Dysplastic blood vessel formation within the mucosal and submucosal layers of the gastrointestinal (GI) tract
Also known as angioectasias, arteriovenous malformations (AVMs), and telangiectasias
May have overt rectal bleeding or melena
May have symptoms of anemia if bleeding is recurrent or ...
Angiodysplasias incidentally found during GI evaluation for alternative reasons have minimal bleeding risk and should not be treated. Treat with supplemental iron if indicated.
Patients may require multiple transfusions.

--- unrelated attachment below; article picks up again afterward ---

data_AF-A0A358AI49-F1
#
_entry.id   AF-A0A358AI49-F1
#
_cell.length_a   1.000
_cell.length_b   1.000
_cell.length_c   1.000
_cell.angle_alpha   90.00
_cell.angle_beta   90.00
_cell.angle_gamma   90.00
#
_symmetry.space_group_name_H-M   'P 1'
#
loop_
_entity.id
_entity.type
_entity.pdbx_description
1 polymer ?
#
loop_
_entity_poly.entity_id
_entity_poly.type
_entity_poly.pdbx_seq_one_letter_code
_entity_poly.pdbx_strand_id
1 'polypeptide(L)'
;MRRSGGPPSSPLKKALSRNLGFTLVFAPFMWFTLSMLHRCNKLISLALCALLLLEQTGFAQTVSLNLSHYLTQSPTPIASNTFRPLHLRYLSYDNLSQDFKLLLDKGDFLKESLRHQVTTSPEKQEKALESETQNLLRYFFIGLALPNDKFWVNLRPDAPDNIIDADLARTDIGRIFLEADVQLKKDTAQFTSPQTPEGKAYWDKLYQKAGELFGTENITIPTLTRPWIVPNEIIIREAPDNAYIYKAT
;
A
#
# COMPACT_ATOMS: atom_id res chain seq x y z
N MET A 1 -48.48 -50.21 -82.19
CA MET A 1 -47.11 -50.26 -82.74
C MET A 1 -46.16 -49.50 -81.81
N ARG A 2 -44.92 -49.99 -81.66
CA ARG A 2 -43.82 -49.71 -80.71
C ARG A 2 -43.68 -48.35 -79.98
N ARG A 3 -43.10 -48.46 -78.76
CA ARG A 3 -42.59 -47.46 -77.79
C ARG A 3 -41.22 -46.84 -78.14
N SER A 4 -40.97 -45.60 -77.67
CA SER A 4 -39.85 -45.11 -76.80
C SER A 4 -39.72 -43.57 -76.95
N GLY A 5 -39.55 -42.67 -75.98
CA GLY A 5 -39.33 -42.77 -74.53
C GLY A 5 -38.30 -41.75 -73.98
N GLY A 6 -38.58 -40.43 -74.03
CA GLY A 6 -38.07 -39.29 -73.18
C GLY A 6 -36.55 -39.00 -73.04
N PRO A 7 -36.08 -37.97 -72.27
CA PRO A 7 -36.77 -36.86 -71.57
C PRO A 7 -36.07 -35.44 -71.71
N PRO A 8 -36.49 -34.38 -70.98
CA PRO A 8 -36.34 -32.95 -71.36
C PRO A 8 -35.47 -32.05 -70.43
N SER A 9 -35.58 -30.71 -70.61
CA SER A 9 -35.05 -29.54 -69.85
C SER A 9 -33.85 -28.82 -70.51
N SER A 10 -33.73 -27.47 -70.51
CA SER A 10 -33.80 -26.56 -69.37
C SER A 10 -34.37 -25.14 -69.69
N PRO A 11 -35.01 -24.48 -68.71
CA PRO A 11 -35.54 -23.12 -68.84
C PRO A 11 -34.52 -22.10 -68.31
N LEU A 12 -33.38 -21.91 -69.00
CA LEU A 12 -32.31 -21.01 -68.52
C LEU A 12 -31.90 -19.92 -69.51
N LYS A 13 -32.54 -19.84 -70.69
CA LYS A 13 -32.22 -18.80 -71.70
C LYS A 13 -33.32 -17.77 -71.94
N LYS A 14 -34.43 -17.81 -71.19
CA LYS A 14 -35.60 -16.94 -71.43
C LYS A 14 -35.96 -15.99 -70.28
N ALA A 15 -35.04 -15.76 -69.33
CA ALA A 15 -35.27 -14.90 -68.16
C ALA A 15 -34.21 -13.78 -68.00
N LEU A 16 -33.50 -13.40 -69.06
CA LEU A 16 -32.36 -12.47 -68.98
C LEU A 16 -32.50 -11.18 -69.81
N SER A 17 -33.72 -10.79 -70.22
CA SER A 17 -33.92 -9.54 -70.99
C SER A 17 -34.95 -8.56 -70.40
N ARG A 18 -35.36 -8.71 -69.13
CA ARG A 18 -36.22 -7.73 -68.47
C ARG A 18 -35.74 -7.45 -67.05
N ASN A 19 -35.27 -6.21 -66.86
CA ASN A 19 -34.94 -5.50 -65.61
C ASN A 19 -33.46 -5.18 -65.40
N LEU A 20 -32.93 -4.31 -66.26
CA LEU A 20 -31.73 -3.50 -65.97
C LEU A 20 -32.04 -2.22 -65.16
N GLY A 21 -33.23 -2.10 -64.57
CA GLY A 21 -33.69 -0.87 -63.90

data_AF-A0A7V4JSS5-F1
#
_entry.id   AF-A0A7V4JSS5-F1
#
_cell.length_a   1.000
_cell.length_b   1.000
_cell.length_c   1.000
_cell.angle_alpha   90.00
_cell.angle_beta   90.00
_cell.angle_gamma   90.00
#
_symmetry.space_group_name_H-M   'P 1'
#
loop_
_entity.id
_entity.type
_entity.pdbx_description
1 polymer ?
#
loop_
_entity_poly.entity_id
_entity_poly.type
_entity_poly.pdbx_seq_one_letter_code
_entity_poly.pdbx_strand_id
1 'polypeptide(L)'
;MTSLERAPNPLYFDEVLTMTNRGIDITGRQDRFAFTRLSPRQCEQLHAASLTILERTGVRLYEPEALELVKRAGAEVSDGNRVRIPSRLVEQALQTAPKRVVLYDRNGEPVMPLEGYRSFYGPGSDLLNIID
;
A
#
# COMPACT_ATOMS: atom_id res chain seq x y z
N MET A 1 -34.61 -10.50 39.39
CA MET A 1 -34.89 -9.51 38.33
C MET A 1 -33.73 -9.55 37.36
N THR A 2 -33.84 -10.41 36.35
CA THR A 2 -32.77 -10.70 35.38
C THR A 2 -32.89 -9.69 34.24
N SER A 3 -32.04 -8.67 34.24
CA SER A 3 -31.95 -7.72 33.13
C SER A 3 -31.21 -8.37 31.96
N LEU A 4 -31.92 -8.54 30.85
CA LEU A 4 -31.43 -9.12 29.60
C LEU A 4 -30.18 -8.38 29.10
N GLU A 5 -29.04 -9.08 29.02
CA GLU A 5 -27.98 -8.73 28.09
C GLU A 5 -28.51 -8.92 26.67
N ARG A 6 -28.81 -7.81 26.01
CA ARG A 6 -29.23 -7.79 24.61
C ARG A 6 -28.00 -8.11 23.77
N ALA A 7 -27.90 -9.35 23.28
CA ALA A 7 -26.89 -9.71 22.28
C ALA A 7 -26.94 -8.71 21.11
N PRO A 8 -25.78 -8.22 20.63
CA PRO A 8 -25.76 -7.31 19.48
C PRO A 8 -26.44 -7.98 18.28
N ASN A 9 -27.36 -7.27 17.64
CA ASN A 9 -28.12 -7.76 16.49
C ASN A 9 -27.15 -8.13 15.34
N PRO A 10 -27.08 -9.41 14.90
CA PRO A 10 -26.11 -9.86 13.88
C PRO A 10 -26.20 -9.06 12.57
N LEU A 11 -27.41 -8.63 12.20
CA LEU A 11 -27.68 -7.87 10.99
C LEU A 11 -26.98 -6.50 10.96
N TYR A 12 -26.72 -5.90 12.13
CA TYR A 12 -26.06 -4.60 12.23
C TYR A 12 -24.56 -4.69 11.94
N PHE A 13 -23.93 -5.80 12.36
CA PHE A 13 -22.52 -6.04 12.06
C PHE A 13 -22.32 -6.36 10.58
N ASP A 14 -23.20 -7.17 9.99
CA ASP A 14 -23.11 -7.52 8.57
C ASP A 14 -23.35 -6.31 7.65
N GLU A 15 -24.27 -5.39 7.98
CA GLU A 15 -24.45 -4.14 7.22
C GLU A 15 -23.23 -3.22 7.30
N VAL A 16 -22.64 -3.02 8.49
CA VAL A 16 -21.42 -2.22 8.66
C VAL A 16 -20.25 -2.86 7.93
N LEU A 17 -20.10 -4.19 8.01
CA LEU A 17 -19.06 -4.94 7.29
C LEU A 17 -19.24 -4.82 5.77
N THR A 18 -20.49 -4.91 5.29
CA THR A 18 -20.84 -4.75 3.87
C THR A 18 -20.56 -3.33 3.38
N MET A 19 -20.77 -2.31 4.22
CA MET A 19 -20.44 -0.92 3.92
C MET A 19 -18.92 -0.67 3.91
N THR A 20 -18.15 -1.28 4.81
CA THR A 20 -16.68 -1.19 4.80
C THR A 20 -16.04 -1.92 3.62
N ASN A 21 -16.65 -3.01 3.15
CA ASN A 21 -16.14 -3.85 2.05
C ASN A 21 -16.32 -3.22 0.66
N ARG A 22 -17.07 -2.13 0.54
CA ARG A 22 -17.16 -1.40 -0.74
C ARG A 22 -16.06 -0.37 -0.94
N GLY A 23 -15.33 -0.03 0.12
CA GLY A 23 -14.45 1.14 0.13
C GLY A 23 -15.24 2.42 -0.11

Consider iron supplementation.
Bauditz J, Lochs H. Angiogenesis and vascular malformations: antiangiogenic drugs for treatment of gastrointestinal bleeding. World J Gastroenterol. 2007;13(45):5979–5984.
K55.20 Angiodysplasia of colon without hemorrhage
K55.21 Angiodysplasia of colon with hemorrhage
K31.819 Angiodysplasia of stomach and duodenum without bleeding
K31.811 Angiodysplasia of stoma...
Angiodysplasias are small vascular lesions along the GI tract. Mostly found in the cecum, proximal ascending colon and small bowel; may be the source of blood loss in cases of obscure ...
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